Perspectives on Love: Kaja Jenssen Rathe: "Between Erotic Perception and Lived Openness: Merleau-Ponty’s Perspective"
On April 12, guest researcher at STK Kaja Jenssen Rathe will give a presentation titled "Between Erotic Perception and Lived Openness: Merleau-Ponty’s Perspective". This is the third event in our digital lecture series Perspectives on Love, in which we explore different understandings of the concept of love.
Photo: UiO/http://www.philosophical-investigations.org/Users/PerigGouanvic, Maurice Merleau-Ponty, Cropped, CC BY 3.0
In the first lecture of this series, Tove Pettersen showed us how for Simone de Beauvoir, authentic love, by contrast to inauthentic love, is one in which the lovers both remain free and equal subjects, and are not reduced to objects. Moreover, such an authentic love will always be ambiguous, because of the tensions between the loving subjects’ equality and individual difference, between the subjects’ lived freedom and their desire to merge and escape this very freedom. However, one question that remains to be further explored is how authentic love is experienced, more concretely, by the loving subject. What is it that animates and sustains this particular, ambiguous, relational mode of existence that is (authentic) love?
In my lecture I will try to answer this question through the work of French phenomenologist Maurice Merleau-Ponty. Also a “philosopher of ambiguity,” Merleau-Ponty’s existential phenomenology is curiously compatible with Simone de Beauvoir’s thinking, albeit highlighting different dimensions of existence, and always rooted in the phenomenological analysis of bodily perception. Drawing on Megan Burke’s reading of Merleau-Ponty and her emphasis on the role of imagination in Merleau-Ponty’s thinking about love, I first present how love, for Merleau-Ponty, can be understood as what Burke calls a “lived openness” toward the world, and an “inventive force” – a view of love that Burke also defends for its “queer promise.” In a second part of the lecture, I tie the question of love explicitly back to the question of sexuality as examined by Merleau-Ponty in the Phenomenology of Perception, to emphasize how love is also traced back to the irreducibility of the erotic field of perception. As Merleau-Ponty himself states, “the importance attached to the body and the paradoxes of love are linked, then, to a more general drama drawn from the metaphysical structure of my body, at once an object for others and a subject for me.” Thus love, in Merleau-Ponty’s thinking, emerges as a radical form of “lived openness” toward the world, yet rooted in the structure of erotic perception and of the body itself.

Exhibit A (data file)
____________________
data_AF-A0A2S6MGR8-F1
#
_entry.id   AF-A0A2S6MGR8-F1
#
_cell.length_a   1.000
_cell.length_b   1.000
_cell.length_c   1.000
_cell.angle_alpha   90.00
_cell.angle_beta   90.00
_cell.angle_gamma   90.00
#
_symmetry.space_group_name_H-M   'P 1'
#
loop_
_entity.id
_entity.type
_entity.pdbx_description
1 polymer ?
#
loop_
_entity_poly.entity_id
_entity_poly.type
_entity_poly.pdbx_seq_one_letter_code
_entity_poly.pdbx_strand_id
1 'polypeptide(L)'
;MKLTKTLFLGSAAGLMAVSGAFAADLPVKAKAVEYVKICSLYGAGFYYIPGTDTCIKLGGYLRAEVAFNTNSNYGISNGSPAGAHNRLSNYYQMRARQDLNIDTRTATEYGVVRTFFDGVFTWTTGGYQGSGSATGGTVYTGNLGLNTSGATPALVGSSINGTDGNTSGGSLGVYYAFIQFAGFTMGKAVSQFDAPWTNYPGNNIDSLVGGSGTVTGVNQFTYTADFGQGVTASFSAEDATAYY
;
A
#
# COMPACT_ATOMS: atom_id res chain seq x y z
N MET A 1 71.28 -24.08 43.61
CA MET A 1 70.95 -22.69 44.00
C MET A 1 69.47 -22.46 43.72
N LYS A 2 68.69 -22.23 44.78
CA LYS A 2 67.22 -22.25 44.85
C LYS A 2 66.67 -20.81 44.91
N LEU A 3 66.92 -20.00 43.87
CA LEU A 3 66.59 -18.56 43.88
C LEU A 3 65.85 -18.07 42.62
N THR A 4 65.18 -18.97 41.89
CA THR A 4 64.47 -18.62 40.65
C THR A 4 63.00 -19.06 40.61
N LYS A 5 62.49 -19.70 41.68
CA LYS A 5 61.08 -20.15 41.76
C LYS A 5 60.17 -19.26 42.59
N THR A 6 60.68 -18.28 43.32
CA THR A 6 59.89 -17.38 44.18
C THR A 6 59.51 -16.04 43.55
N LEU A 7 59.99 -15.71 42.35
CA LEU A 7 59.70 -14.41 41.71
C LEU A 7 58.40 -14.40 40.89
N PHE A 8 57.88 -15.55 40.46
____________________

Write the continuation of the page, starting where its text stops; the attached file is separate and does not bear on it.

This digital event will be in English, and will consist of a 30 minute lecture, followed by 30 minutes of discussion. This event is free and open to the public. Please follow this link to register for the lecture:
The Zoom link will be sent to your registered email address prior to the event. NB: Please note that we will close the registration for this event at 1 pm CET on April 12.
For inquiries about the lecture series, please send an email to Anna Young.